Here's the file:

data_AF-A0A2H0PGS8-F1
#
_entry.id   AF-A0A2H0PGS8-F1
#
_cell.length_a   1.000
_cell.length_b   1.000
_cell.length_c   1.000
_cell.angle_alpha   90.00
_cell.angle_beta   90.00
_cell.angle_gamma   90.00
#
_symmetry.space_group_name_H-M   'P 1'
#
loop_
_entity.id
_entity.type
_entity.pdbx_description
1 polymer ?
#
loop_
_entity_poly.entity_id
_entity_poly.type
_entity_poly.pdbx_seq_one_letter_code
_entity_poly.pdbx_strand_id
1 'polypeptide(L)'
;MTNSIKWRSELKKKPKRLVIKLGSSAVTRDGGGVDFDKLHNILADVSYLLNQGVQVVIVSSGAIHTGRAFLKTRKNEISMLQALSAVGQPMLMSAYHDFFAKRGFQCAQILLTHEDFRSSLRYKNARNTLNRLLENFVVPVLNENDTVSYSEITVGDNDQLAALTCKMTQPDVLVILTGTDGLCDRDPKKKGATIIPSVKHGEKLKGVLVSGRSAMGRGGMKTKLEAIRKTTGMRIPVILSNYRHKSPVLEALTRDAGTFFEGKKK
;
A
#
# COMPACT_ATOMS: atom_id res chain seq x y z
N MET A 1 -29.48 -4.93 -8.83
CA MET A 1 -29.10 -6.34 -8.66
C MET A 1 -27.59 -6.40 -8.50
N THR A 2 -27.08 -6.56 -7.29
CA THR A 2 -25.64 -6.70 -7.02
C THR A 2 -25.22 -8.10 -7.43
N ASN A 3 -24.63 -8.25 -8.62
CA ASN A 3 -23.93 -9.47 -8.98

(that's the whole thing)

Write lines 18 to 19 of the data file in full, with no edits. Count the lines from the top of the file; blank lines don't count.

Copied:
1 polymer ?
#